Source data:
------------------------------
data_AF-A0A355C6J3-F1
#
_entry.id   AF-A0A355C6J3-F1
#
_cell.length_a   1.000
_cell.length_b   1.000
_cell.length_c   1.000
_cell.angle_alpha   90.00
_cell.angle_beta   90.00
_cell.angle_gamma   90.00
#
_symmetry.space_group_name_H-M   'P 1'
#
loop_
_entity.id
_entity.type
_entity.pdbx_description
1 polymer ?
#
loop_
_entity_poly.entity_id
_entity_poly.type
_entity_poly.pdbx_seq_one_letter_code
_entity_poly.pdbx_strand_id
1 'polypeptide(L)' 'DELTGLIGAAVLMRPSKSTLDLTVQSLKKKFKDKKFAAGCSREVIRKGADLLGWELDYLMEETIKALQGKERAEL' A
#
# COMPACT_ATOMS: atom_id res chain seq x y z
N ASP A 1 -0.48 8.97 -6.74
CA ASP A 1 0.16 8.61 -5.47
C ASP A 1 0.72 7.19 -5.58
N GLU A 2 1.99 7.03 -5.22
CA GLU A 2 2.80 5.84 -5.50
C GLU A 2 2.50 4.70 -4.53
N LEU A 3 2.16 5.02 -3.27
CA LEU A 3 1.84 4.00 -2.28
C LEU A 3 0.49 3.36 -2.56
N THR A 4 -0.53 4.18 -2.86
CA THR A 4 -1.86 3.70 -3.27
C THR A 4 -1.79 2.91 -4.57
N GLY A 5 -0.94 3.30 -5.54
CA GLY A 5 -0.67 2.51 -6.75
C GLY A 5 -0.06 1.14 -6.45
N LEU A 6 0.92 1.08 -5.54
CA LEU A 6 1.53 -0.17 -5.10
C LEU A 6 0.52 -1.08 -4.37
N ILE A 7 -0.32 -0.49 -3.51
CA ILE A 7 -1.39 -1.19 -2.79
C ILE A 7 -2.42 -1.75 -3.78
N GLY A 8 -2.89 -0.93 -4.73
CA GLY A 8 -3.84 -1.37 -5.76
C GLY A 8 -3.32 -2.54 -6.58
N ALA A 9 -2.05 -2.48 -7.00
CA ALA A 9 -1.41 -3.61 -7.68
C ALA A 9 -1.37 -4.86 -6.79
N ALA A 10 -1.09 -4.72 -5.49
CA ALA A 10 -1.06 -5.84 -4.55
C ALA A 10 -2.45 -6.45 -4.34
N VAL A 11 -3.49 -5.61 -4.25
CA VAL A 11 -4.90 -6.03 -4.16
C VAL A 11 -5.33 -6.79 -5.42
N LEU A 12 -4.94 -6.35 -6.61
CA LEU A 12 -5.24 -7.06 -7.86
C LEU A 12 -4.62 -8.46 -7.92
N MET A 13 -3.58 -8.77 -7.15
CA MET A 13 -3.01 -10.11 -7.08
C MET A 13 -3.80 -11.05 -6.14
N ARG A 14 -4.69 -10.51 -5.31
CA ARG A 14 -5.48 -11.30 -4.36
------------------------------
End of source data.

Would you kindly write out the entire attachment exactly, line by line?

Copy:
data_AF-A0A355C6J3-F1
#
_entry.id   AF-A0A355C6J3-F1
#
_cell.length_a   1.000
_cell.length_b   1.000
_cell.length_c   1.000
_cell.angle_alpha   90.00
_cell.angle_beta   90.00
_cell.angle_gamma   90.00
#
_symmetry.space_group_name_H-M   'P 1'
#
loop_
_entity.id
_entity.type
_entity.pdbx_description
1 polymer ?
#
loop_
_entity_poly.entity_id
_entity_poly.type
_entity_poly.pdbx_seq_one_letter_code
_entity_poly.pdbx_strand_id
1 'polypeptide(L)' 'DELTGLIGAAVLMRPSKSTLDLTVQSLKKKFKDKKFAAGCSREVIRKGADLLGWELDYLMEETIKALQGKERAEL' A
#
# COMPACT_ATOMS: atom_id res chain seq x y z
N ASP A 1 -0.48 8.97 -6.74
CA ASP A 1 0.16 8.61 -5.47
C ASP A 1 0.72 7.19 -5.58
N GLU A 2 1.99 7.03 -5.22
CA GLU A 2 2.80 5.84 -5.50
C GLU A 2 2.50 4.70 -4.53
N LEU A 3 2.16 5.02 -3.27
CA LEU A 3 1.84 4.00 -2.28
C LEU A 3 0.49 3.36 -2.56
N THR A 4 -0.53 4.18 -2.86
CA THR A 4 -1.86 3.70 -3.27
C THR A 4 -1.79 2.91 -4.57
N GLY A 5 -0.94 3.30 -5.54
CA GLY A 5 -0.67 2.51 -6.75
C GLY A 5 -0.06 1.14 -6.45
N LEU A 6 0.92 1.08 -5.54
CA LEU A 6 1.53 -0.17 -5.10
C LEU A 6 0.52 -1.08 -4.37
N ILE A 7 -0.32 -0.49 -3.51
CA ILE A 7 -1.39 -1.19 -2.79
C ILE A 7 -2.42 -1.75 -3.78
N GLY A 8 -2.89 -0.93 -4.73
CA GLY A 8 -3.84 -1.37 -5.76
C GLY A 8 -3.32 -2.54 -6.58
N ALA A 9 -2.05 -2.48 -7.00
CA ALA A 9 -1.41 -3.61 -7.68
C ALA A 9 -1.37 -4.86 -6.79
N ALA A 10 -1.09 -4.72 -5.49
CA ALA A 10 -1.06 -5.84 -4.55
C ALA A 10 -2.45 -6.45 -4.34
N VAL A 11 -3.49 -5.61 -4.25
CA VAL A 11 -4.90 -6.03 -4.16
C VAL A 11 -5.33 -6.79 -5.42
N LEU A 12 -4.94 -6.35 -6.61
CA LEU A 12 -5.24 -7.06 -7.86
C LEU A 12 -4.62 -8.46 -7.92
N MET A 13 -3.58 -8.77 -7.15
CA MET A 13 -3.01 -10.11 -7.08
C MET A 13 -3.80 -11.05 -6.14
N ARG A 14 -4.69 -10.51 -5.31
CA ARG A 14 -5.48 -11.30 -4.36